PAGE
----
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Crustaceans in the Antarctic ice. Researchers discovered “hidden world”

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While studying the effects of climate change on the Antarctic ice, scientists made an unexpected discovery. In the waters of a hidden river, they found a living, independent ecosystem inhabited by small crustaceans.

Although the conditions in Antarctica are extreme, the continent is home to many living organisms. As it turns out, his ice cream hides many secrets. One of them was found by a group of New Zealand scientists who were studying the Ross Shelf Glacier.

To reach the underground river, scientists bored holes in the iceNIWA / Craig Stevens

River inside the ice

The original aim of the study was to search for the mouth of the Antarctic river, running deep beneath the surface of the ice. Its course provides valuable information on the direction of glacier melting processes caused by global warming.

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As the scientists drilled into the thick layer of ice, they saw an unexpected sight. At a depth of 500 meters below the ice, the camera penetrated the “river”. As it turned out, inhabited.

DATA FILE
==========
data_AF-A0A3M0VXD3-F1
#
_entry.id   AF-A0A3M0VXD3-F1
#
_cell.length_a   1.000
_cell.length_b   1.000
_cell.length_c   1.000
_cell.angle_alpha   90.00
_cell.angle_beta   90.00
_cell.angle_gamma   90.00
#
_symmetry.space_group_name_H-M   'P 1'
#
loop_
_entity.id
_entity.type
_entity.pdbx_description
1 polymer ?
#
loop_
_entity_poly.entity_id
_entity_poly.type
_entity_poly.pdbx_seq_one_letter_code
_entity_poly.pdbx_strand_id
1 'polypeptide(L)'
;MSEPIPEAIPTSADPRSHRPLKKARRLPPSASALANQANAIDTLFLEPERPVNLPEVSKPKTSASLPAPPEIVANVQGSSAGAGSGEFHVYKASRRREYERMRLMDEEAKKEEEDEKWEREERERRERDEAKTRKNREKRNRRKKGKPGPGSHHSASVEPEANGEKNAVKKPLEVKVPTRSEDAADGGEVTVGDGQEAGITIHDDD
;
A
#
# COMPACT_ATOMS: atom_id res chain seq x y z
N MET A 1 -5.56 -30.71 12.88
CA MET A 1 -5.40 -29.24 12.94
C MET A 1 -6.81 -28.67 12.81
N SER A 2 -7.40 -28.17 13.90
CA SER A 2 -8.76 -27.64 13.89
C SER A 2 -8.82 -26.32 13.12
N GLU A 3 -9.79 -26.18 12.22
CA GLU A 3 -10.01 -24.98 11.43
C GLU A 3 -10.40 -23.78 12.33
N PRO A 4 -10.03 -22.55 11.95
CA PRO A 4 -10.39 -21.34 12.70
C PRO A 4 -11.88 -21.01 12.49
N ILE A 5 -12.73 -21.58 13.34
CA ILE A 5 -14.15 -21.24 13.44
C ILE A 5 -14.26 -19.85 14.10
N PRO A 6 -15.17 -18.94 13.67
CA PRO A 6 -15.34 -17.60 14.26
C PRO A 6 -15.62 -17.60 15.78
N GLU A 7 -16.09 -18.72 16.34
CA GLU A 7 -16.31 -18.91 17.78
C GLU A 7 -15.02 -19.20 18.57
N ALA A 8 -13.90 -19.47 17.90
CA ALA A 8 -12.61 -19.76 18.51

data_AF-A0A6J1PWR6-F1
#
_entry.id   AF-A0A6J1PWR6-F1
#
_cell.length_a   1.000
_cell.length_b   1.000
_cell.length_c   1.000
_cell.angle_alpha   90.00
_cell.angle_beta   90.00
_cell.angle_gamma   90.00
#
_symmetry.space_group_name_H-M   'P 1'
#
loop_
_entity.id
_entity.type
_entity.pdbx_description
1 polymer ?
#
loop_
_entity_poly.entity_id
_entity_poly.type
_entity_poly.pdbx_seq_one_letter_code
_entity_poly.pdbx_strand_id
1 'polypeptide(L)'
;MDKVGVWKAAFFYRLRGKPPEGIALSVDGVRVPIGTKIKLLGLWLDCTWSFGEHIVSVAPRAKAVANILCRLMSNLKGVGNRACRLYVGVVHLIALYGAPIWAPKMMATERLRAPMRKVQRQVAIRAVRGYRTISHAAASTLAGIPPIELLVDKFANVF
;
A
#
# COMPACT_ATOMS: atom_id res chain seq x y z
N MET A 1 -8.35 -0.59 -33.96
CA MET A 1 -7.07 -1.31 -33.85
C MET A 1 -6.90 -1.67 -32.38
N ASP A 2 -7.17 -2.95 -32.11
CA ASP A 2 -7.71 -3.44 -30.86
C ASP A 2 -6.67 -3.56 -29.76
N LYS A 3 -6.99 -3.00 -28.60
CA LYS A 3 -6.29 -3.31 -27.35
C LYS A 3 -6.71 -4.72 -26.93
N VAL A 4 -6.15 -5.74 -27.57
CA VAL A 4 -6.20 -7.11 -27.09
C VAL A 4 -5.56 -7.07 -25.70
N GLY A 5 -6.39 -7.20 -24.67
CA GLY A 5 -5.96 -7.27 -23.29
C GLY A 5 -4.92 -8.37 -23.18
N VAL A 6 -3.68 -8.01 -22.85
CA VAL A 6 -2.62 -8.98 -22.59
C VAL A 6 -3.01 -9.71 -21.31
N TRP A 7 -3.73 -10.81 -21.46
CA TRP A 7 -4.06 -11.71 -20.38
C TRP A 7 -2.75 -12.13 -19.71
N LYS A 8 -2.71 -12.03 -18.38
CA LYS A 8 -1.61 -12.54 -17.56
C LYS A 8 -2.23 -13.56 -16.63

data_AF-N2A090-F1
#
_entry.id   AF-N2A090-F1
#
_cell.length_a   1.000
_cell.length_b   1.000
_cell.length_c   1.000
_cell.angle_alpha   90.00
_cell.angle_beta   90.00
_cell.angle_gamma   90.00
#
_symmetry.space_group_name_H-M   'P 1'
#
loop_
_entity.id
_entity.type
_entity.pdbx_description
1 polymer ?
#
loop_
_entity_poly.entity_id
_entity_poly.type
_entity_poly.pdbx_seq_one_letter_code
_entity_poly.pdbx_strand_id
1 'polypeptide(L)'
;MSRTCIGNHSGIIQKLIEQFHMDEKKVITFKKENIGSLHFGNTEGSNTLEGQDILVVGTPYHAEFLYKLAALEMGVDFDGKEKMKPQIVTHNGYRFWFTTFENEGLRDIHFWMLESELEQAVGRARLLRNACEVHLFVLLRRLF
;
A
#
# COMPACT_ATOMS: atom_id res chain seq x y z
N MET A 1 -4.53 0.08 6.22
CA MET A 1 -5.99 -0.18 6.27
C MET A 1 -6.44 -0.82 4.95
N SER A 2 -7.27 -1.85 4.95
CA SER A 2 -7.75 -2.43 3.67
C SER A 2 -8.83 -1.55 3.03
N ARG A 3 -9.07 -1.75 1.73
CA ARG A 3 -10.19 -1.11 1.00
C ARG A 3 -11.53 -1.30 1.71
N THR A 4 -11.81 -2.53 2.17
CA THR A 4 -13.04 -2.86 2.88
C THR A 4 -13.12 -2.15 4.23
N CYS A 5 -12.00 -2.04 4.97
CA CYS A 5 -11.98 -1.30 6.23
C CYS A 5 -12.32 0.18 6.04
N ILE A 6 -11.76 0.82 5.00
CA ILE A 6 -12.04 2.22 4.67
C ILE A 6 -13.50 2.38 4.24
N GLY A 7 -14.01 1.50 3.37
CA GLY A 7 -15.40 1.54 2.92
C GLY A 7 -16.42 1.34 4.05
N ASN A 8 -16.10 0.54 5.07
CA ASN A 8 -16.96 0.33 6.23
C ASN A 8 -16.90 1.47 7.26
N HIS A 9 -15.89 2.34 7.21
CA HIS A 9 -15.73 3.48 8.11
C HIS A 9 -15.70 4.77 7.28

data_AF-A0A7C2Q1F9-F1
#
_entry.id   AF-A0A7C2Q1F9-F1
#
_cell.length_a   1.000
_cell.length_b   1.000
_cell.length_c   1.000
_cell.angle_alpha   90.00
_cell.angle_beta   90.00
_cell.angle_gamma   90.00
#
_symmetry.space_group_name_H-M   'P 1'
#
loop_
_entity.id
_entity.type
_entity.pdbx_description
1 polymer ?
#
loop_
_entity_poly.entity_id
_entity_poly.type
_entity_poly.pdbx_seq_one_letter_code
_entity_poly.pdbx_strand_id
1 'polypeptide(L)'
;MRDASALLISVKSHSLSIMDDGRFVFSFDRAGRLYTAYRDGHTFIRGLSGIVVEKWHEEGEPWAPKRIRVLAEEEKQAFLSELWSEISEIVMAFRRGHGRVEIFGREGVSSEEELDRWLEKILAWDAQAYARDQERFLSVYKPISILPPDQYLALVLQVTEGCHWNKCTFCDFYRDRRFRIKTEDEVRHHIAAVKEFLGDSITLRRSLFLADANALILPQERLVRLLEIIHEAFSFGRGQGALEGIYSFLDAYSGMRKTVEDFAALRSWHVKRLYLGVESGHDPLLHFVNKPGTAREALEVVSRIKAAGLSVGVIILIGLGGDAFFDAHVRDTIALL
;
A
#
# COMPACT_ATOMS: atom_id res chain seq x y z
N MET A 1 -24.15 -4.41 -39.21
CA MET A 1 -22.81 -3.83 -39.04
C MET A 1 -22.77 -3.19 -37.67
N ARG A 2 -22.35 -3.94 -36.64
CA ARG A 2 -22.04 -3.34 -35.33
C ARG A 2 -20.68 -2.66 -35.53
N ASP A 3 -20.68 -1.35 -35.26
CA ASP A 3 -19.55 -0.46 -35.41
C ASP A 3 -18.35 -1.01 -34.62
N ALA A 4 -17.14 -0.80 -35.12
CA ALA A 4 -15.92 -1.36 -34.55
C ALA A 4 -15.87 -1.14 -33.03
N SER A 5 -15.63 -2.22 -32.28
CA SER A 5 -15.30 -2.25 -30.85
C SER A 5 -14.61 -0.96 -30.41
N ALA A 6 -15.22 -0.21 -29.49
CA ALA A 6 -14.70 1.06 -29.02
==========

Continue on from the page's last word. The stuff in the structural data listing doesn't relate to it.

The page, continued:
“We thought something was wrong with our equipment, but after a while the camera caught focus and we saw lots of tiny crustaceans no larger than five millimeters in size,” says Craig Stevens of the New Zealand National Institute for Water and Atmospheric Research (NIWA).

Miniature crustaceans from a hidden riverNIWA / Craig Stevens

“Entering the Hidden World”

The mysterious creatures have been identified as obunogi (Amphipoda). These tiny crustaceans can survive in a wide variety of conditions, but 300 species take a liking to Antarctica’s coastal waters. For the first time, however, their presence inside the ice block was documented.

“Being able to observe and sample this river was like the first entry into a hidden world,” said Huw Horgan of Victoria University of Wellington.

Scientists left some of the measuring instruments in the river to further observe the ecosystem. The samples of water with microorganisms were sent to the laboratory.

NIWA research station in AntarcticaNIWA / Craig Stevens

Main photo source: NIWA / Craig Stevens

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